Eyeing November Leaders' Meeting, RCEP Ministers Pledge to "Maximise Progress"

14 September 2017

Economic ministers from the Regional Comprehensive Economic Partnership (RCEP) countries pledged to ramp up their negotiating efforts on an extensive regional free trade deal, following a meeting in Pasay City, Philippines, last weekend.

“All countries are hard at work to resolve the key outstanding issues in the negotiations,” said Ramon Lopez, Trade and Industry Secretary of the Philippines, in a press briefing following the 10 September meeting.

The joint media statement from RCEP ministers notes that they “reaffirmed their commitment to further intensify efforts in a cooperative manner for the swift conclusion of the RCEP negotiations in line with the leaders’ mandate.”

Highlighting the major outcomes of RCEP’s fifth ministerial meeting, Lopez noted that ministers have signed off on a “key elements paper” which is designed to help the talks reach “significant outcomes and give momentum towards substantial conclusions in future negotiations.”

The title of the section on RCEP negotiation outcomes in Lopez’s official report reads “Pragmatic Recalibration,” with the content of that section emphasising members’ continued commitment to push the pact forward.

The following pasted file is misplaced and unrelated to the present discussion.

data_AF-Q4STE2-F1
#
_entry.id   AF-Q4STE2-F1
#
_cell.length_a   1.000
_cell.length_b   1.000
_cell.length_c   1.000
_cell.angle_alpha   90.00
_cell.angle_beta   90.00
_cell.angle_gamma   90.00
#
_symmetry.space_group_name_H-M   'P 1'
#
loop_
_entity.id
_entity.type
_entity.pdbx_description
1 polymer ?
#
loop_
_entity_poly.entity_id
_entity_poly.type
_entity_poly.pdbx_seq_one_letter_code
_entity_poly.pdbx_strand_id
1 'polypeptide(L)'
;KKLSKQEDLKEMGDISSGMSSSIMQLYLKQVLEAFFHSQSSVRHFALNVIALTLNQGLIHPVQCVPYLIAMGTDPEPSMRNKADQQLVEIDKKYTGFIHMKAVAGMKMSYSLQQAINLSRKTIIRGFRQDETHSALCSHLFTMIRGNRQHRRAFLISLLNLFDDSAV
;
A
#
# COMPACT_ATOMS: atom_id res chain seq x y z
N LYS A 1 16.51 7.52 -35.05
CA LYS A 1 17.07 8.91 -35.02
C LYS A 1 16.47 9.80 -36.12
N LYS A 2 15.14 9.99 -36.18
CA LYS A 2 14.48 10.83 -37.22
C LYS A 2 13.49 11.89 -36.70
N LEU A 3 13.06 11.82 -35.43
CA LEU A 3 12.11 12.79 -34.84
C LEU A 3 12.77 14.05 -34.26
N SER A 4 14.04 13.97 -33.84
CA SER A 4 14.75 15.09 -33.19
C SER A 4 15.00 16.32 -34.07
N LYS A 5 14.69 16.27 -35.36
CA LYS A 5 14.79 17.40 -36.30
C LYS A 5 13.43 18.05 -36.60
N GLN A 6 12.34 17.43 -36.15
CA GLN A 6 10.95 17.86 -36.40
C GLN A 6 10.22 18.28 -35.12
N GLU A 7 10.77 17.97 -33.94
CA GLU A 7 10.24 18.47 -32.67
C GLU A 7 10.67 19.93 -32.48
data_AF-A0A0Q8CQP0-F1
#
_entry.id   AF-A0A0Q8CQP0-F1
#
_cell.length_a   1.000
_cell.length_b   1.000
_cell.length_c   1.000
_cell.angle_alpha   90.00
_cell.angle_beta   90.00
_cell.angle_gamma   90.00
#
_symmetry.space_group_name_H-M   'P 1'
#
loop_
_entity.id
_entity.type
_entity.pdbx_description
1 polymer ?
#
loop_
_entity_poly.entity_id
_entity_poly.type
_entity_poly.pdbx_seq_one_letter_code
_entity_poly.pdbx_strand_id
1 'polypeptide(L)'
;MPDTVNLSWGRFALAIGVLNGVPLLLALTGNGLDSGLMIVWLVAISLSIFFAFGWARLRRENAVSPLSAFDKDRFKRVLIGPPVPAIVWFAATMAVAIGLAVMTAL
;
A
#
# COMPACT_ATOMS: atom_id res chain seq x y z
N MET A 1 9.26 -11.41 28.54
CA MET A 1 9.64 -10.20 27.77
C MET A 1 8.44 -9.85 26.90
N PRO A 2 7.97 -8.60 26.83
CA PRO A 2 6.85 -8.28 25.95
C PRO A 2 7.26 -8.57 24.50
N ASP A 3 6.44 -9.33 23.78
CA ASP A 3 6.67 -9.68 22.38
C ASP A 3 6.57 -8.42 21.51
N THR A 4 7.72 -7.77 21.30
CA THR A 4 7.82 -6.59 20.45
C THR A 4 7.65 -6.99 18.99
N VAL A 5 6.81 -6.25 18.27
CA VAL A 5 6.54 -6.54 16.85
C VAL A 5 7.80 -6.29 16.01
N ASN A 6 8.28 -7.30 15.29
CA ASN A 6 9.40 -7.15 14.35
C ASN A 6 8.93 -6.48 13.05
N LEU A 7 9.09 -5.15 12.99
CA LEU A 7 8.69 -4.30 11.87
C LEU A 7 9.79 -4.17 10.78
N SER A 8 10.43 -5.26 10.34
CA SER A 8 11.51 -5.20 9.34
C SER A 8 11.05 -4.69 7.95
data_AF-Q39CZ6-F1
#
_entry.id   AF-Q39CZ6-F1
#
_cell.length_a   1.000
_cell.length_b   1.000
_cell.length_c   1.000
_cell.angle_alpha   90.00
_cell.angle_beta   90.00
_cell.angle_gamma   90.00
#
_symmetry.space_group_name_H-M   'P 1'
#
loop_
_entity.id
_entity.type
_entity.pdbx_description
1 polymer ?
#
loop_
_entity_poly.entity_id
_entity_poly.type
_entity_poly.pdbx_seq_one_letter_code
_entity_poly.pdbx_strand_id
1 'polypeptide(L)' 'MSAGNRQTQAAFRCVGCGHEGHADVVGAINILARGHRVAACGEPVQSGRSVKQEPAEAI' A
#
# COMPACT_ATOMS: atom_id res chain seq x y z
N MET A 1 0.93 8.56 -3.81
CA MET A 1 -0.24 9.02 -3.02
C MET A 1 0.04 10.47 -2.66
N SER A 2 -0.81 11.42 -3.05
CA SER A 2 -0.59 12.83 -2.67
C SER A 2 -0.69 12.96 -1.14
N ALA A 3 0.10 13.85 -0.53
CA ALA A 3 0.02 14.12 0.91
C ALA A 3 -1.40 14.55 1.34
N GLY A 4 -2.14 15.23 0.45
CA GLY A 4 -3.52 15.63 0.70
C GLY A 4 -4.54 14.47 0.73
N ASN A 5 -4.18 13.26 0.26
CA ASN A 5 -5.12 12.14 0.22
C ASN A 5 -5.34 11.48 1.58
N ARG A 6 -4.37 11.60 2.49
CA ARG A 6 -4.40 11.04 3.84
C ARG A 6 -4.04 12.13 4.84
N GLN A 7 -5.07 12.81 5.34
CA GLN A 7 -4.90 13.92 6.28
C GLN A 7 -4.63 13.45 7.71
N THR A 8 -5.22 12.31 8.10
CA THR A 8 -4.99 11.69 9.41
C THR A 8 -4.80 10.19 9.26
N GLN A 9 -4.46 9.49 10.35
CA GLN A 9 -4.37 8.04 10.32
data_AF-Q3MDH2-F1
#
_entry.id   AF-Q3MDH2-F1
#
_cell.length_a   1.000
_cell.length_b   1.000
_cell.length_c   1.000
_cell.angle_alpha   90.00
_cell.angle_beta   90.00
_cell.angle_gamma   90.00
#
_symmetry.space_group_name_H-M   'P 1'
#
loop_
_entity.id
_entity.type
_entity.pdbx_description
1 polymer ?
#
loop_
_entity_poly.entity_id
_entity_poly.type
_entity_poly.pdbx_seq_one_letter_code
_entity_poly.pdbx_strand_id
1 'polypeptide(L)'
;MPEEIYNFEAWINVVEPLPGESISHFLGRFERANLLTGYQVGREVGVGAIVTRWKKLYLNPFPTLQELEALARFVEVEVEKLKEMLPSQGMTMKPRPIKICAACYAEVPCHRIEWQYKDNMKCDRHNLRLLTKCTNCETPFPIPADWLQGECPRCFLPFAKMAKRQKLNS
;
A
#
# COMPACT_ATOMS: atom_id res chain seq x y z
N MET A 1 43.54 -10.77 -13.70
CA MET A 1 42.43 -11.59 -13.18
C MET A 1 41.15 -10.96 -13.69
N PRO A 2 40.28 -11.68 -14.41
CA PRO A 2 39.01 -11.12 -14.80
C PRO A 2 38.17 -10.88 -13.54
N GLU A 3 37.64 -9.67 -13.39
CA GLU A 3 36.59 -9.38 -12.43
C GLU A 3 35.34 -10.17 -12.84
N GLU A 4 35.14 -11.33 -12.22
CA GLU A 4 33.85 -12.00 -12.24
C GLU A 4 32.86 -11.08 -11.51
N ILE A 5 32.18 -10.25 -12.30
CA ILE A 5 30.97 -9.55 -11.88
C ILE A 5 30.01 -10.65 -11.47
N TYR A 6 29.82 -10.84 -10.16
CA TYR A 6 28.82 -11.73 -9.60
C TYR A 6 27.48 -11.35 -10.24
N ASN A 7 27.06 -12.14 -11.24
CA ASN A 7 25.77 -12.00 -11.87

Regional discussions, according to Ceferino Rodolfo, Trade Undersecretary of the Philippines, are a “crucial juncture” giving the wider global economic and geopolitical context. “It is important for RCEP to step up and set the example for the pursuit of freer trade,” Rodolfo said.

“RCEP is the only game in town given the current negotiations of the Trans-Pacific Partnership,” he added. The Trans-Pacific Partnership (TPP) is a comprehensive trade accord that was originally signed by 12 countries, some of which are also members of RCEP. Negotiators from that group are working to determine how to advance with the trade deal since the US withdrew earlier this year. (For more on the TPP, see related story, this edition)

RCEP is currently under negotiation among the 10 countries of the Association of Southeast Asian Nations (ASEAN), and that group’s six free trade agreement partners, all located in the Asia-Pacific region. These countries include Australia, China, Japan, Korea, India, and New Zealand.

The mega trade pact aims to cover goods, services, investment, competition policy, and intellectual property rights, among other issues. The most recent round of negotiation was held in Hyderabad, India, in late July. (See Bridges Weekly, 3 August 2017)

The next negotiating round for RCEP is scheduled for mid-October in Korea, in the run-up to the leaders’ meeting in November.

Market access, rules

Various officials and trade watchers have noted that the scope of the negotiations and the diversity of the membership have complicated past efforts to finalise the talks. Negotiations for RCEP started in 2012, with the deadlines for conclusion repeatedly rescheduled to later dates.

This time, officials say the push to achieve “substantial” deliverables is fuelled partly by the 50th anniversary of ASEAN. Ministers referred to this upcoming date in their joint media statement, stating that “the substantial conclusion of the RCEP had been identified as a priority deliverable for ASEAN’s milestone year.”